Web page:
If you read the previous blog, Creating a Research Report: Getting Started, https://ruthrumack.wordpress.com/2011/01/25/creating-a-research-report-getting-started/ you are probably aware the presentation of the information you gathered for your report is almost, if not equally, as important as the knowledge you acquired. As with any school project, there are ways in which a student can excel at presenting their work to a teacher or class. Consider the following guidelines and try to incorporate them into your next presentation:
- Refrain from reading off of your paper or notes; instead, become familiar with the material you are presenting. This way you can knowledgeably talk about your topic.
- Practice your presentation in front of a mirror – or better yet, practice in front of family members or peers.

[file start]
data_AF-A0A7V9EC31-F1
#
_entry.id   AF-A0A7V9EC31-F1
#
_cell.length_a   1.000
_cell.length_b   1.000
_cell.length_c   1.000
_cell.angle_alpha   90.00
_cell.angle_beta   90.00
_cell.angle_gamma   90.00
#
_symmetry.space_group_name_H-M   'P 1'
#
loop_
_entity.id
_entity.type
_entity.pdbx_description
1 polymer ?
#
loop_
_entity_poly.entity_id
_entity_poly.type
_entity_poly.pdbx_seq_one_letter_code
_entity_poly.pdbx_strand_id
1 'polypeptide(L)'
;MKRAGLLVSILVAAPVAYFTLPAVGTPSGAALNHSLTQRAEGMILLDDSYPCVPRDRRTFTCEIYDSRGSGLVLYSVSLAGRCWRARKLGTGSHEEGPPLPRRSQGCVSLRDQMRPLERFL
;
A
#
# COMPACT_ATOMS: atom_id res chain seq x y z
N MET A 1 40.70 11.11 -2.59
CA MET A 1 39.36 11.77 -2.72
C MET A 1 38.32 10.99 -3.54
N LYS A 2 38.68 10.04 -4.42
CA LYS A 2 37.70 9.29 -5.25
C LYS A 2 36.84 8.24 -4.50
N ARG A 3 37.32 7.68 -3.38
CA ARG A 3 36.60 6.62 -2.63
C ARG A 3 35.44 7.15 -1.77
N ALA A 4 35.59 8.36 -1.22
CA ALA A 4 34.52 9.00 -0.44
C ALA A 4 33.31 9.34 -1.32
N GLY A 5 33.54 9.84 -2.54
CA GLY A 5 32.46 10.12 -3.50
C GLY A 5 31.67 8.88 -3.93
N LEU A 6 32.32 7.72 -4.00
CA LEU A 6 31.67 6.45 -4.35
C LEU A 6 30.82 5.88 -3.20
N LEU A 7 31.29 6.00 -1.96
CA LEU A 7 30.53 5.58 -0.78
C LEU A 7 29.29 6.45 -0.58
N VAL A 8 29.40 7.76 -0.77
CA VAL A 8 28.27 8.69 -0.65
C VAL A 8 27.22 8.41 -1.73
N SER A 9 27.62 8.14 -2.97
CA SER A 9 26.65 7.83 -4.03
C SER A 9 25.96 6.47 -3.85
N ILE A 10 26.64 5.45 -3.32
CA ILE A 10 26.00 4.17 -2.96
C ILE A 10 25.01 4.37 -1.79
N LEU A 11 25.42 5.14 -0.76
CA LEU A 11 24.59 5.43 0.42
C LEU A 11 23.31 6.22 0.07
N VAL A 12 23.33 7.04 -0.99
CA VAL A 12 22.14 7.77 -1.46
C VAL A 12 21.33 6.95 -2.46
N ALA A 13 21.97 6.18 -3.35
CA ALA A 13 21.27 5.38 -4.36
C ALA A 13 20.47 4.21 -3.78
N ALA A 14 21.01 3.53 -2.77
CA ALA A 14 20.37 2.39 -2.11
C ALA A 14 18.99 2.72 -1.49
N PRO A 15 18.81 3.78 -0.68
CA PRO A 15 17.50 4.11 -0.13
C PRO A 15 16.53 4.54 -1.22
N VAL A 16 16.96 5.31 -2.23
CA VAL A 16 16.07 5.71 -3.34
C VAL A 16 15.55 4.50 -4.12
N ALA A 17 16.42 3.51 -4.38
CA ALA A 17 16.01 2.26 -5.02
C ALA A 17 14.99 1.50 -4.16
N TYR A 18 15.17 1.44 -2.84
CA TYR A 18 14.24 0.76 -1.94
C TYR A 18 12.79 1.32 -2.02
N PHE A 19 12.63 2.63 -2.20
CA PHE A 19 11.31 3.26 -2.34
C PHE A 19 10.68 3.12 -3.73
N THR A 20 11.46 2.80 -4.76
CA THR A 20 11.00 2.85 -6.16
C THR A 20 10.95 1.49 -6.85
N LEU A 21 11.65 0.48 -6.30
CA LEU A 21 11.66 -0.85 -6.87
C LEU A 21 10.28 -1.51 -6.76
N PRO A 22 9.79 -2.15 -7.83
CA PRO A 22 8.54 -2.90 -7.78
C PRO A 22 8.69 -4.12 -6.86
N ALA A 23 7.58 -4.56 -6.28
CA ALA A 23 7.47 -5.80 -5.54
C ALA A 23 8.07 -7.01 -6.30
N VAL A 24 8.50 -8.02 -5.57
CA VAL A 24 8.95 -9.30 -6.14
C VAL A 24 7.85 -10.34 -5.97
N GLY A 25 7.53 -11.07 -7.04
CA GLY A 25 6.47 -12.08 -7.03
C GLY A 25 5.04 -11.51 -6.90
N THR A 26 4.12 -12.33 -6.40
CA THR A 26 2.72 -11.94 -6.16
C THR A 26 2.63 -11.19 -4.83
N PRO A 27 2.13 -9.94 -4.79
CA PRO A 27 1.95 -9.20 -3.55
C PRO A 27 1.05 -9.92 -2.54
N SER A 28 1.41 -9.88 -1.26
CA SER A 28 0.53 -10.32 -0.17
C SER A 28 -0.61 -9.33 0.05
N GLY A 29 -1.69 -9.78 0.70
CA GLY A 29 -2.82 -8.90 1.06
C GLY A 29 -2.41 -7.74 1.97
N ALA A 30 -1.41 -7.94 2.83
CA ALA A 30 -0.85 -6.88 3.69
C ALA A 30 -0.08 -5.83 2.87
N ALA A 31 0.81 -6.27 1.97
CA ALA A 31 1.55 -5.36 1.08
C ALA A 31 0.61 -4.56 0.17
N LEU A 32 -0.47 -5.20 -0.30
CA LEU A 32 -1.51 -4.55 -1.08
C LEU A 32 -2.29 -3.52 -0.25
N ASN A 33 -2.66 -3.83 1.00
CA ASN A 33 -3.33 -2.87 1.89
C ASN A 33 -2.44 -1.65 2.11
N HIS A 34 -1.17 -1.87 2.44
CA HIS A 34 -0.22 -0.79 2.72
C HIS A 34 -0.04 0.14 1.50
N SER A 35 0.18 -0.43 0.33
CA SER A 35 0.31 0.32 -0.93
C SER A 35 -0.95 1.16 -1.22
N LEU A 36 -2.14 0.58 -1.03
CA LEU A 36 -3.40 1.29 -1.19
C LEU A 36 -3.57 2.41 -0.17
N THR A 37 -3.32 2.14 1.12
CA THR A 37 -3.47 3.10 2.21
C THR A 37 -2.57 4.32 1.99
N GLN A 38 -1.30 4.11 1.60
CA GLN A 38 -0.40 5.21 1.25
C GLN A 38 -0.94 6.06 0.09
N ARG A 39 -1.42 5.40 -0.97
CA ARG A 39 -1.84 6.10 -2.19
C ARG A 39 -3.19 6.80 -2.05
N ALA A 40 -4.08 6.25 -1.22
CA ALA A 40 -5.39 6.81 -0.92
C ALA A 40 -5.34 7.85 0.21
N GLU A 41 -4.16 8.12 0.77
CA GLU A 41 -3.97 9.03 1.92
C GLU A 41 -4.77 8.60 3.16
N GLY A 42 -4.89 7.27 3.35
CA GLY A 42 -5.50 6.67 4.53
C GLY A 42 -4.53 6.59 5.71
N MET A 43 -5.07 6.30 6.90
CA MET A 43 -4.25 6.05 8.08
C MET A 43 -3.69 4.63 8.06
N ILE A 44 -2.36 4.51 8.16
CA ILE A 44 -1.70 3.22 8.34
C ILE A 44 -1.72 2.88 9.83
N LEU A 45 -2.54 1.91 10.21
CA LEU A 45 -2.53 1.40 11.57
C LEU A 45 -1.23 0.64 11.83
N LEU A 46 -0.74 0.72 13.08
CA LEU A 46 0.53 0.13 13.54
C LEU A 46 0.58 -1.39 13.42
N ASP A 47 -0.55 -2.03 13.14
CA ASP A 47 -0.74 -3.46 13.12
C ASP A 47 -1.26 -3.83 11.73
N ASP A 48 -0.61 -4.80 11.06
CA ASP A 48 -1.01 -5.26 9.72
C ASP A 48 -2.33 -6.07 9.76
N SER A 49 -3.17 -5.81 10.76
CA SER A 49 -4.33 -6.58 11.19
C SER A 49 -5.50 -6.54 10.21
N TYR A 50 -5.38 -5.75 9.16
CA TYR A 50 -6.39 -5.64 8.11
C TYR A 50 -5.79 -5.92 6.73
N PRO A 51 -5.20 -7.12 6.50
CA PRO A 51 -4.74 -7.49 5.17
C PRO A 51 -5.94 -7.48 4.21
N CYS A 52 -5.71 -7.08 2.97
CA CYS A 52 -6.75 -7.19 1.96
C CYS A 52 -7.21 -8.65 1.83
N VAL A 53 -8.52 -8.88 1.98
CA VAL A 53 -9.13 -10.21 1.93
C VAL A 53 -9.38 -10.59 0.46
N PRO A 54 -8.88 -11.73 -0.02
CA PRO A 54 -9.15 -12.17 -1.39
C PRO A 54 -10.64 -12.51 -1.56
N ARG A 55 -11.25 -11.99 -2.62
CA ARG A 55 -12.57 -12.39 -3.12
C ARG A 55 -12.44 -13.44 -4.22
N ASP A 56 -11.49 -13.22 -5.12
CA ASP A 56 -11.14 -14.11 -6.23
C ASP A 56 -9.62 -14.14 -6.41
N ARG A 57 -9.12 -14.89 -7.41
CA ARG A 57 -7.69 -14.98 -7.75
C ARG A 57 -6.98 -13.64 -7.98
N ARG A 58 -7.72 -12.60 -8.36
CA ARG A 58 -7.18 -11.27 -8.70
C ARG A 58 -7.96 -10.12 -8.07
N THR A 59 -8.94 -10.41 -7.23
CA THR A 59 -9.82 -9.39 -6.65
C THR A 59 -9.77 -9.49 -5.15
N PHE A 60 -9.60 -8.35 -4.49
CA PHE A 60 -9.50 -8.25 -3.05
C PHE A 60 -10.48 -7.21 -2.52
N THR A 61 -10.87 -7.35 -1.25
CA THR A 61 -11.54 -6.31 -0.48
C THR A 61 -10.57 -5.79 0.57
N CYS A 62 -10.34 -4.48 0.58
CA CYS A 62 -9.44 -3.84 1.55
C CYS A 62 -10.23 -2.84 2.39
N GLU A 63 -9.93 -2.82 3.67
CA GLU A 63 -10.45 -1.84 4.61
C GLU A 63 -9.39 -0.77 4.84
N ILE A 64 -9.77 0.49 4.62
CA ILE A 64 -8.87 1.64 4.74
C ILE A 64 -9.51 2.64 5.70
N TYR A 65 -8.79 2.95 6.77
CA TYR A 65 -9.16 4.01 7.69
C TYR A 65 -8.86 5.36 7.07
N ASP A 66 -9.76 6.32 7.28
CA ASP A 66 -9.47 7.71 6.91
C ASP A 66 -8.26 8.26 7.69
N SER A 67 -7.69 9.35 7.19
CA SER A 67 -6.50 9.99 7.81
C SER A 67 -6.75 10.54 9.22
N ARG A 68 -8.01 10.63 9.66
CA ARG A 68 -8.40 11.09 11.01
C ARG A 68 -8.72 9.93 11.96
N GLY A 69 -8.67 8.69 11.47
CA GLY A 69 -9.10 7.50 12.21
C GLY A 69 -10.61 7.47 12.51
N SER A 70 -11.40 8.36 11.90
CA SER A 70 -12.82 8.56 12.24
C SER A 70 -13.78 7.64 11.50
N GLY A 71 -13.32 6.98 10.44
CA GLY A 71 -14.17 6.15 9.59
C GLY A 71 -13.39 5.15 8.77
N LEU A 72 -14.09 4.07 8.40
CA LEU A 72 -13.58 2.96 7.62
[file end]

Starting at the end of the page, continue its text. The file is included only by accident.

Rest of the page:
- When you are presenting, maintain eye contact with your audience members as frequently as possible. Your audience will feel connected and interested in what you have to say.
- Avoid using a monotonous speaking voice. Instead, vary your pitch, intonation and volume level (this will keep your audience awake!).
- Be conscious of your body language – remember that most of our communication is non-verbal. People will ‘read’ your body language as you present. Stand confidently and gesture appropriately.
- If you are using visuals (i.e. diagrams, graphs, lists, etc.), make copies for your teacher and or classmates so they can follow along. Also, avoid relying entirely on visuals or media to ‘present’ your information. Instead, use them to add to and emphasize your presentation as necessary.
Last but not least, smile and look confident. Even if you are nervous, try to appear calm and assured.